Nowhere in this particular narrative does one look at the facts or the lead up to the fateful moment these persons pulled up outside the farmhouse in Strokestown. Nor is it part of this narrative to examine the dealings and behaviour of the borrower over the last decade or more. Could it be that therein lies some inconvenient truths. What was the original loan for? What were the funds used for? What repayments were made? How much arrears were built up? What engagement had the borrower with the bank? What Court proceedings have issued? Did the borrower engage with the Courts? Did he engage with a Personal Insolvency Advisor? What efforts were made to make some payments? Are these matters private or because of what has happened now in the public interest.
This information is crucial to understanding what has really happened at Strokestown. Colm Keena in the Times makes an attempt to give people some information about the financial background whereby the landowner had a major tax settlement over an under-declaration as well as a number of Judgements registered, some involving local businesses. Again this is very factual and short on context but it does paint a picture of a man in severe financial difficulty. An article by Keena today suggests that KBC have been seeking repayment for at least nine years now past. These are not irrelevant matter.
When a person takes out mortgage they are always advised that default of payment can lead to you losing your home. Sure we might not think it will ever come to that just like think the doctor will never give us bad news about our health. The reality is we all must borrow money at some stage in our lives and we all must repay that money plus the interest. Similarly, we must pay our taxes even if we grumble about them. It might therefore be appropriate to also pose questions such as; What if we stopped paying our taxes? What if we all stopped paying our mortgages?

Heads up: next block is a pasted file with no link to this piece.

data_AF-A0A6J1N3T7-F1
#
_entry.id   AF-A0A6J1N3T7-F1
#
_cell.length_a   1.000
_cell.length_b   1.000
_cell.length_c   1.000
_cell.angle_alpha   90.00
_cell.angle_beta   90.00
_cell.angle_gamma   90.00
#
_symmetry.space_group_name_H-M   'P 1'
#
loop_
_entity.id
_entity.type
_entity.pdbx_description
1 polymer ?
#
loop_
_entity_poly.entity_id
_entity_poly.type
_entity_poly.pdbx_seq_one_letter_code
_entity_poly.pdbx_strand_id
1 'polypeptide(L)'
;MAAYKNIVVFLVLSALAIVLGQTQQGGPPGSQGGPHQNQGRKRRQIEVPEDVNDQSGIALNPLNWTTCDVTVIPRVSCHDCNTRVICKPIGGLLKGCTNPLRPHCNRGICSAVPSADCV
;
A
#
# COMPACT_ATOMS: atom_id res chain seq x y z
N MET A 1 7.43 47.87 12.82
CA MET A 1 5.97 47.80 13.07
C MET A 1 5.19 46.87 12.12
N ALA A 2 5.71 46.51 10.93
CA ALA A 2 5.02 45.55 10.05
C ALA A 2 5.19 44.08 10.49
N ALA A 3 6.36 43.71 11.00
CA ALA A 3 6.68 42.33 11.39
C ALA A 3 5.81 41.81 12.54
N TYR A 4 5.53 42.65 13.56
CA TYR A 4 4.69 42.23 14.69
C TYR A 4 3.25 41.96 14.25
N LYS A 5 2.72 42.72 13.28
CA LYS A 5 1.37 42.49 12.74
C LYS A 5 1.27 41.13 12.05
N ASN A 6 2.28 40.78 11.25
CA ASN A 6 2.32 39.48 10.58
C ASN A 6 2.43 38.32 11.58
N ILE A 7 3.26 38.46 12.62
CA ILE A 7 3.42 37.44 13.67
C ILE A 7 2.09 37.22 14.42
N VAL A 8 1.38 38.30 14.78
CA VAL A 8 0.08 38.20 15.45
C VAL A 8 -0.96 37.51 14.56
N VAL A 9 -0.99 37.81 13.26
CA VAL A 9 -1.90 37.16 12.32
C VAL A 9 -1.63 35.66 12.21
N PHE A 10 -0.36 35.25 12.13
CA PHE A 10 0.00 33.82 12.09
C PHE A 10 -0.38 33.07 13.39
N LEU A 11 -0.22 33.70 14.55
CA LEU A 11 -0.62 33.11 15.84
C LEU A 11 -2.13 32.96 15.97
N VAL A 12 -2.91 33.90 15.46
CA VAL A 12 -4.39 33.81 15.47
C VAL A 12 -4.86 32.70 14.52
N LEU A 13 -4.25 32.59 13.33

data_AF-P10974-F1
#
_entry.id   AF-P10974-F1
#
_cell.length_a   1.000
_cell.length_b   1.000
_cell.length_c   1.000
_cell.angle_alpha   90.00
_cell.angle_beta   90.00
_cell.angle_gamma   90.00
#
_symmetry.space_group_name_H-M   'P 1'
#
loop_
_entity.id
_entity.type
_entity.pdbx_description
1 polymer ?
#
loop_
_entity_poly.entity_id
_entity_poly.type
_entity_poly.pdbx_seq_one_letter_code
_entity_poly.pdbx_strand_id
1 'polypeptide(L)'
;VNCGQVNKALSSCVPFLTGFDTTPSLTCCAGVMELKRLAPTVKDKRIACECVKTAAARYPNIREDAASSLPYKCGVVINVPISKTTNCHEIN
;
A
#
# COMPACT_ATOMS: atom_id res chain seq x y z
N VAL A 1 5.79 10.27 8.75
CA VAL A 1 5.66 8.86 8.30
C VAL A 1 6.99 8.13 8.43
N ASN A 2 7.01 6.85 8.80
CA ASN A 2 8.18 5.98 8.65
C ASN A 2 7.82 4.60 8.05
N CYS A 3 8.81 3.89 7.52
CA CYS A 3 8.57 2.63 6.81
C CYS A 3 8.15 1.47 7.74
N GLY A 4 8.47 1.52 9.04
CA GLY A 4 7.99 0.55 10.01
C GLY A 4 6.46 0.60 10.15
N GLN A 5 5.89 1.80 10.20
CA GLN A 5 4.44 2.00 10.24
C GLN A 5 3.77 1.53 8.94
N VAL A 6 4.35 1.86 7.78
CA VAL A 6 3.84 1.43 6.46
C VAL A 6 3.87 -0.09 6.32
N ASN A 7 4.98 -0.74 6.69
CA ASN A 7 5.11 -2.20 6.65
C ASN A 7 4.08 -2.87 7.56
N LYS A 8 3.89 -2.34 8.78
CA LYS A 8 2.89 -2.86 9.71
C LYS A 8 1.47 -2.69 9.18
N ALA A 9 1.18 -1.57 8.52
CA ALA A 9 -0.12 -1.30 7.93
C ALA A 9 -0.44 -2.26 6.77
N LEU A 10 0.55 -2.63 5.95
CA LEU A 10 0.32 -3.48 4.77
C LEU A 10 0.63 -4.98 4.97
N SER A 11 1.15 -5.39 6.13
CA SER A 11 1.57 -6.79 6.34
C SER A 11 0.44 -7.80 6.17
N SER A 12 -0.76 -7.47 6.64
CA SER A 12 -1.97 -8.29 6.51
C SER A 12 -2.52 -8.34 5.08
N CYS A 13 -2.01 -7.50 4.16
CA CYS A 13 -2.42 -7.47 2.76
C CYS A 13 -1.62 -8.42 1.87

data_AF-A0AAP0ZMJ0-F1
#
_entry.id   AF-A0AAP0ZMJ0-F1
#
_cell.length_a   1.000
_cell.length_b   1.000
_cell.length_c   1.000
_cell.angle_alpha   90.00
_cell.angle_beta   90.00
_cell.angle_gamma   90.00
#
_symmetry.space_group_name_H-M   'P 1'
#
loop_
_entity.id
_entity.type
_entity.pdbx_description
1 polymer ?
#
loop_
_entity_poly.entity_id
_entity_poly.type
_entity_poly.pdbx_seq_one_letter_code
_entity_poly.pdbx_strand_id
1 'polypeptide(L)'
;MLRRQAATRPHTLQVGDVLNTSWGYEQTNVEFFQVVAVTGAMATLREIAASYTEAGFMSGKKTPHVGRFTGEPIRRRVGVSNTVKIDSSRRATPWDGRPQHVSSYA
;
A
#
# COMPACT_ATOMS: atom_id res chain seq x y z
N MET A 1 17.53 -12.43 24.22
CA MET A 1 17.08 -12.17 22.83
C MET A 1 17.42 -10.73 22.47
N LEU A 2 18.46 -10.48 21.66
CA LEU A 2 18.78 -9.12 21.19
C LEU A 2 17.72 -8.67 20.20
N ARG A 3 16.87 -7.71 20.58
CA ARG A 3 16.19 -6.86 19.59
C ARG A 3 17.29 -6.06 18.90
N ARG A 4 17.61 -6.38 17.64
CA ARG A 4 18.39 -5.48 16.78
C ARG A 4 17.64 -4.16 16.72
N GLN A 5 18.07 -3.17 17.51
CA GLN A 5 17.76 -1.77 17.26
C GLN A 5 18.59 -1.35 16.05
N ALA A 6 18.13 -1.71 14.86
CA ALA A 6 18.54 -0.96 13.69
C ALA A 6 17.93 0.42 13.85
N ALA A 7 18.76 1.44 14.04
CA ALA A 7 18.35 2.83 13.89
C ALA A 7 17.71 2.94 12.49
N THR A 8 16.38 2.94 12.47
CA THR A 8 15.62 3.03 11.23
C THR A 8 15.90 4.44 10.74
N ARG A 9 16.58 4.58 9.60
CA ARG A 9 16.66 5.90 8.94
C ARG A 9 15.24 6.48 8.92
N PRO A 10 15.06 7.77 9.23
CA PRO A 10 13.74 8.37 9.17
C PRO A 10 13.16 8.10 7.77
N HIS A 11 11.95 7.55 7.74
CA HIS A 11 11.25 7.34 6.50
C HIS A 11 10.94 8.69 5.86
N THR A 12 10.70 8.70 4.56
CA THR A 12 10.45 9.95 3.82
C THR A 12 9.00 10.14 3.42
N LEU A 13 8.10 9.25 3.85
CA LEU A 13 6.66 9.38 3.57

We should also look at the answers; If we don’t pay our taxes we risk being audited by Revenue and been subjected to not just paying the original tax owed but also penalties and surcharges. Without this deterrent the State would not function. A Mortgage is a Contract and if we fail to meet our repayments we are in breach of that contract. The causes of the breach can then be looked but no matter what the cause, be it unemployment, illness, economic downturn etc the mortgage contract has been breached. The Courts in Ireland make the distinction between those who can’t pay and those who refuse to pay. The Family Home is also treated differently. What would happen if we all decided to default on our mortgages?
The truth behind this Strokestown Eviction / Re-possession is very well camoflauged and as such suits the many different narratives that have jumped on it. On the one hand the security firm are ‘loyalist thugs’ and ‘Henchmen’ of the cruel Bank, on the other they could be just men in need of a few quid and doing a really crap job. Their attackers are either patriotic heroes, rural robin hoods or as the Independent tried to paint them ‘linked to dissidents’ and a well known criminal gang. The landowner is either a victim of corporate greed, a citizen let down by the state or perhaps a foolish man who bit off more than he could chew, or a serial defaulter in his financial dealings. Wherein lies the truth?
This last week we have seen what can happen when imprudent lending and imprudent borrowing marry and what can quickly inhabit the vacuum that lies between. Never were the words of the wise Polonius more appropriate – ‘Neither a borrower nor a Lender be’.